Kiln blog: Glory on the Far Horizon

This is part of the wider message referenced in the previous blog post. Excerpt —

In our study in Psalm 119, we’ve seen the psalmist use several terms to indicate the revelation of God. One of those words translates as “testimony” — a record of something that actually happened as reported by eye witnesses. If you seek with your heart to see the consistency in the Bible, you’ll find it. Your heart will affirm it for your brain; the brain’s job is working out how to live according to that conviction. A critical element in understanding the Scriptures is precedent: You need to see what God says about various events, to discern His judgment of things. What does this narrative indicate about how God works?

There’s Job. His time was well before Israel, and probably before Abraham. His testimony indicates something about how we know God regardless of the trappings of the Covenant of Moses. Before his calling, Abraham knew of Our Lord by a different name, and was called to leave behind the other deities he knew. That was a tall order, given that Abraham seems to have been a member of the priestly noble class of pagan scholars in the Mesopotamian Valley. It was a scholarship that is buried in myth and legend for us, but it’s clear that Jehovah by another name was never completely forgotten once we were expelled from Eden.

To support that theme is Balaam, the scholar hired from Babylon by Balak to curse Israel during her time passing through on the way to Canaan Land. Balaam knew how to address Jehovah and got very explicit answers of what God intended to do. He also knew enough to teach Balak how to get Israel in trouble with her God. So when Balaam couldn’t curse Israel directly, it was simple matter of incurring God’s wrath on Israel by way of suborning to sin. It worked quite well, we are told. It had to do with an ancient heathen rite that involved an annual offering, wherein the women all offered their bodies for ritual sex. And you thought modern politics was dirty.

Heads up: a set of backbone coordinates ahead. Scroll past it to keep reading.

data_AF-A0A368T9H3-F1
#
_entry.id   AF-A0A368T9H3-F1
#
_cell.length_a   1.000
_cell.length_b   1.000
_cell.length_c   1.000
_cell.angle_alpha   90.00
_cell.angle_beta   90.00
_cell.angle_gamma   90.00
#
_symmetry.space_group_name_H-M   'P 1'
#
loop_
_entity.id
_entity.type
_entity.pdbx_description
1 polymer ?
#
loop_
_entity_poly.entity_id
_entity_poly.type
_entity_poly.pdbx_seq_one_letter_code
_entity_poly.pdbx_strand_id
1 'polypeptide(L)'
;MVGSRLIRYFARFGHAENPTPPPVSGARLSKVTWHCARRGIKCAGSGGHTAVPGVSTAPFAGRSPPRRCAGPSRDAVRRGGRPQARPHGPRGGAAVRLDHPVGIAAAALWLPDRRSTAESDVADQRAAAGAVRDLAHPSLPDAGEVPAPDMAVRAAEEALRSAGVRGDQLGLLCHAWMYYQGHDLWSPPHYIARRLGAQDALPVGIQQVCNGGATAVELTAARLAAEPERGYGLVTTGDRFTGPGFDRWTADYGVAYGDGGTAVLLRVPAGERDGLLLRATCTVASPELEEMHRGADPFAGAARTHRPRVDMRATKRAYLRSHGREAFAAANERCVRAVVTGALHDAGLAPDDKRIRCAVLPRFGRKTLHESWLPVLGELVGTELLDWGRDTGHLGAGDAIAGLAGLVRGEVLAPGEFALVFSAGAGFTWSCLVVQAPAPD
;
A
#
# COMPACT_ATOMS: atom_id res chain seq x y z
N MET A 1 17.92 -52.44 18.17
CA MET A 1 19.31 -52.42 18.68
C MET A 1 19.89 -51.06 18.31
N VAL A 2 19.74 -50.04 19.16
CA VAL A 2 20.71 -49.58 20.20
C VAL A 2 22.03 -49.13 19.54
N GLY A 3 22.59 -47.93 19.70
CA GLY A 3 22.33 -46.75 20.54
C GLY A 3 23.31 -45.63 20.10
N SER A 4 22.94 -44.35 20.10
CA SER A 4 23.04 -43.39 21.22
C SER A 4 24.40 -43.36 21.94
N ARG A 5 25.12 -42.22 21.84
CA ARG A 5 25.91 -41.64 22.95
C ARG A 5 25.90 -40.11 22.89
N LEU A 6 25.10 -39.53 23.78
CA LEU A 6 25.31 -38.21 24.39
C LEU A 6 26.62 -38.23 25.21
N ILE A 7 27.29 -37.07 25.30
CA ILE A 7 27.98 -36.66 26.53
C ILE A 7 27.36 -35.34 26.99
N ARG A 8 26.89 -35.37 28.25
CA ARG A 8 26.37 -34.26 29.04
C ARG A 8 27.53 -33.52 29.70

I hope you’ll have the time to click this link and read the whole message.

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About Ed Hurst

Disabled Veteran, prophet of God's Laws, Bible History teacher, wannabe writer, volunteer computer technician, cyclist, Social Science researcher
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